prescribed ideology of EX-TER-MIN-ATE, breaking free of his
contraints on the hospital ship and signalling the rest of his
murderous fleet.

It’s here where the real conflict of Into the Dalek
comes into effect, with the Doctor all too willing to give up,
almost happy that his expectations of his enemy’s nature is
re-confirmed, and damn the soldiers being reduced to atoms by Rust.
That doesn’t sit too well with Clara though, who literally slaps
some sense (and perhaps a speck of compassion) into the Doctor, her
humanity reminding him that he himself has become as single-minded
as he accuses the Daleks of being. The problem with this is that it
thematically feels like a repeat of the Christopher Ecclestone
episode, Dalek,
where then-companion Rose Tyler made the Ninth Doctor realise he
was making things worse.

Along the way, Gretchen sacrifices her life so the others can
try to restore the warm and fuzzy, literally pro-life memories
Rusty experienced, while Journey wrestles with her own internal
conflict of training and duty versus morals and hope. It proves a
small but imporant moment for both her and the Doctor.
Unfortunately, after entering into a psychic link with the patient,
it’s not the joy of endless life in the universe that turns Rusty
away from his kill streak, but Twelve’s own hatred for Daleks.
Instead of redeeming one of his oldest enemies, the Doctor’s
darkness turns it into yet another weapon. Again, it’s similar to
the outcome of Dalek, in message if not exactly event.

If Moffat and Ford were going for a pyrrhic victory vibe, they
broadly succeed. Rusty’s rampage is quelled, the ship survives, and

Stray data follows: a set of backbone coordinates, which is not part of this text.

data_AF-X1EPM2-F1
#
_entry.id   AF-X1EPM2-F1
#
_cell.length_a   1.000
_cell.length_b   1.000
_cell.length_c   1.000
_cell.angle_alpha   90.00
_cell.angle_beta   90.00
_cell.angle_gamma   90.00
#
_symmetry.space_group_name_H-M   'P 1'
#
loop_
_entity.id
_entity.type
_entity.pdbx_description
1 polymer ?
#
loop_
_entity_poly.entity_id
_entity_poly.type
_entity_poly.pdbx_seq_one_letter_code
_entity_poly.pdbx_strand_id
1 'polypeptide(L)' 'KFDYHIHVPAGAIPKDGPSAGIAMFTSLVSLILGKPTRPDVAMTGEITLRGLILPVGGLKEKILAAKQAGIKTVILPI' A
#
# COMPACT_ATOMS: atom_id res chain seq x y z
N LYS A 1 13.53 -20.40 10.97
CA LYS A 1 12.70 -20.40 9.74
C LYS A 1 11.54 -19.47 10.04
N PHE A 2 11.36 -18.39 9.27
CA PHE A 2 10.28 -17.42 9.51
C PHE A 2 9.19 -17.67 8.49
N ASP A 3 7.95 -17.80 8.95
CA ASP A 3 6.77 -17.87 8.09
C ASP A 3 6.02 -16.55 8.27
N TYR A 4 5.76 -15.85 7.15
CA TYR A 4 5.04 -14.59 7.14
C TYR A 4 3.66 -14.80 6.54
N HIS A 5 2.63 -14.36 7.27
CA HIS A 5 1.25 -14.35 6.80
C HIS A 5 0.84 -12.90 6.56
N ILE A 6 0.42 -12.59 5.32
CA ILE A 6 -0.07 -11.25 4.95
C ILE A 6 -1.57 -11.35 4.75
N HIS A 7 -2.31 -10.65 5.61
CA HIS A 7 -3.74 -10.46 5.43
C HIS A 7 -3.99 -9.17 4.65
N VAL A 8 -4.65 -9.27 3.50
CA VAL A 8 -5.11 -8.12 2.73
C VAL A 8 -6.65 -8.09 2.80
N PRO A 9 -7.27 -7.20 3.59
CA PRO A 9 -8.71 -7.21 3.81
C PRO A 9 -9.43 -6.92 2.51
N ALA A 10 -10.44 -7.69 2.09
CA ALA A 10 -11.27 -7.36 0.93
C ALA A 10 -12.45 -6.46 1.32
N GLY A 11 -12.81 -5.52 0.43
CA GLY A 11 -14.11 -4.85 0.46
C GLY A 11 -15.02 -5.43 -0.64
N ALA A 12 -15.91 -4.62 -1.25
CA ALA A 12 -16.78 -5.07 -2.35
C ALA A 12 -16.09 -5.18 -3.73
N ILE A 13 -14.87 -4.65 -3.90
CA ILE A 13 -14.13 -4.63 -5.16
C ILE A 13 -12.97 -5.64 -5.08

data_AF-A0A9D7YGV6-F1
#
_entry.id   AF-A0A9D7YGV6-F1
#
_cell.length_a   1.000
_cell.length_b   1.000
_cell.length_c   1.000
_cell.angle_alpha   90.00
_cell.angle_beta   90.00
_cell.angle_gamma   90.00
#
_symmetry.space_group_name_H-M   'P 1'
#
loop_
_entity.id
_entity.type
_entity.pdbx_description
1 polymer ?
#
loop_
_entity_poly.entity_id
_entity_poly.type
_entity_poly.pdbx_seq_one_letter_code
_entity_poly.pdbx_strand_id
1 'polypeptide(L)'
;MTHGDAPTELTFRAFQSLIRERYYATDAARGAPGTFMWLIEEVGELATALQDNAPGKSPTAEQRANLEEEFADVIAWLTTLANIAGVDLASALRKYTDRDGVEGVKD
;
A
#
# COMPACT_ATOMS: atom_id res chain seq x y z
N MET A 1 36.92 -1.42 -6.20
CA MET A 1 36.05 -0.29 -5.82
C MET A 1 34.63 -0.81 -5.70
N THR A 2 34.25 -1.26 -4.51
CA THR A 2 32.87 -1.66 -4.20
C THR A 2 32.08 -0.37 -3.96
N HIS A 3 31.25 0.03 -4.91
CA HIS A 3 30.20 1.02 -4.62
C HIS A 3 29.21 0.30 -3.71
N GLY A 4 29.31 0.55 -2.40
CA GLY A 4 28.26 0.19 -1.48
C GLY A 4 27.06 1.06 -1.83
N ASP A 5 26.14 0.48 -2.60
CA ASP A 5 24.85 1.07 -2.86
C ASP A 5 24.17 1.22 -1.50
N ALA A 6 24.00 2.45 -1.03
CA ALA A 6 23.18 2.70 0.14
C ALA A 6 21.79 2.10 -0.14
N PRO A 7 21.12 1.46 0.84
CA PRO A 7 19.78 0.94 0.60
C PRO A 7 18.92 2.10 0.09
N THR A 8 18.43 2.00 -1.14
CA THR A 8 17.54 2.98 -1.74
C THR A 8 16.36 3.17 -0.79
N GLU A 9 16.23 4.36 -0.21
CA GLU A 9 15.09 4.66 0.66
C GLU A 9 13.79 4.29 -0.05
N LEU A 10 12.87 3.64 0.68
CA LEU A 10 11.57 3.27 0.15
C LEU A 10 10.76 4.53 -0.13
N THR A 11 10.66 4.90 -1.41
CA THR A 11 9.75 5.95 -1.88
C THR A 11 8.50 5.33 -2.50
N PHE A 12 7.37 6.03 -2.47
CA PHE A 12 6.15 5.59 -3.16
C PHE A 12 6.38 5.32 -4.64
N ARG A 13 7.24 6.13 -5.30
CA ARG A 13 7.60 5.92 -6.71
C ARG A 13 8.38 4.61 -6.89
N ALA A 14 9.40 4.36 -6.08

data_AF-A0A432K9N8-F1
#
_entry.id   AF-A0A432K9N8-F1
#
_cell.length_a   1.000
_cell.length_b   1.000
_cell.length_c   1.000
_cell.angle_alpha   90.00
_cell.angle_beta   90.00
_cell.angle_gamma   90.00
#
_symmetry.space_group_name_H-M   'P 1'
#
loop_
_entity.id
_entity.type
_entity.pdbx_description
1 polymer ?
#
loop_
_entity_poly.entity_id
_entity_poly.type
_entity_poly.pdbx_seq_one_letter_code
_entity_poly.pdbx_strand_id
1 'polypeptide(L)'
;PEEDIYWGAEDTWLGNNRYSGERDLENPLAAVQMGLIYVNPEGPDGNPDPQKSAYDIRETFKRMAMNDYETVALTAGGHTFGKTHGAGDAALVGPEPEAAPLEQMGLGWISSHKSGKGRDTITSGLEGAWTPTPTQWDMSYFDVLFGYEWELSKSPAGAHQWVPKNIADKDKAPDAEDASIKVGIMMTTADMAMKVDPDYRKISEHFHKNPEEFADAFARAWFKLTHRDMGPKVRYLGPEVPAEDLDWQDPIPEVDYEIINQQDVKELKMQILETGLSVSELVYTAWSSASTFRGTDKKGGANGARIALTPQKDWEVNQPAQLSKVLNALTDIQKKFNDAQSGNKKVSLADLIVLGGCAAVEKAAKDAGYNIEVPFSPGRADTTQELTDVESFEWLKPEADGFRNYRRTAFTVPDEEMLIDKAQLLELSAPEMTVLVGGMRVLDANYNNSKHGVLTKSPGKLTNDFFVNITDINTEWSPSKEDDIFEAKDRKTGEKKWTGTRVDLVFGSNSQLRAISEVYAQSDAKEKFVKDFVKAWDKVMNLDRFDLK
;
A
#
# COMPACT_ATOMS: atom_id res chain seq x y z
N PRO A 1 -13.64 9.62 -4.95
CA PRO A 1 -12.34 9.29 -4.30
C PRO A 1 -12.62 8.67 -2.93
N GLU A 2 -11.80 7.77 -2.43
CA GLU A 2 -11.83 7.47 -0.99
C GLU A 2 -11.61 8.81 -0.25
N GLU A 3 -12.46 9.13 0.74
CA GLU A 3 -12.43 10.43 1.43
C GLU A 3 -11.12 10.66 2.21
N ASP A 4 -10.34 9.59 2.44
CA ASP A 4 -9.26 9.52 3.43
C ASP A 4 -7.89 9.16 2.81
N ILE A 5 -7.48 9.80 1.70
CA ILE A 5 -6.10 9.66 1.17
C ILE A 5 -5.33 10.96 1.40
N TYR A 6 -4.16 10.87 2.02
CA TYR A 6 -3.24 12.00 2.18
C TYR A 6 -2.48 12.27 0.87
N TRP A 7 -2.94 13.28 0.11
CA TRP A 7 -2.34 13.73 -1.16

the Dalek fleet is driven off. The cost is the Doctor realising
(once more) that he’s part of the problem, just as responsible for
the cycle of intergalactic violence, and unsure of his own
righteousness. Gretchen’s death comes almost out of nowhere and
seems cheap and meaningless, but she’s snatched up by the eccentric
Missy and materialises in her “Heaven”, much like the Half-Face Man
did. Missy is clearly building a collection of those whose lives
are lost around the Doctor, a plot thread we expect will build
weekly until the season finale.

One likely controversial plot point is Journey’s request that
the Doctor take her with him, only to be denied because she’s a
soldier. Considering one of the Doctor’s best pals for years was
the Brigadier, it’s a little inconsistent, but it’s a stance that’s
clearly being set up to create conflict when Danny Pink comes
onboard. While she has all the makings of a one-shot wonder, one of
many guest characters in Whohistory, we’d like to see more
of Journey Blue though — she shows considerable character growth
in just a single episode, and Ashton is great in the role.

Visual effects were significantly better than last week, at
least compared to the sight of a ropey CGI T-rex in Victorian
London, with the opening space battle being particularly epic.
Physical effects left a bit to be desired though, notably with what
looked to be air conditioning tubing standing in for Dalek veins.
We get they’re part-mechanised but come on, prop department!

Overall, despite essentially serving as yet another reminder of
the lead character’s own shady morals and personal dark streak,
Into the Dalek was ultimately a much stronger episode than
Deep Breath, and Capaldi’s performance felt as though he
was given room to breathe in the role for the first time. He’s
shaping up to be thoroughly entertaining as the Doctor. Snappier
pacing, sharp dialogue with some genuinely comedic zingers, and a
growing sense of chemistry between Capaldi and Coleman helped make
for a far more enjoyable viewing experience.

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31 August 2014 | 6:42 pm – Source: wired.co.uk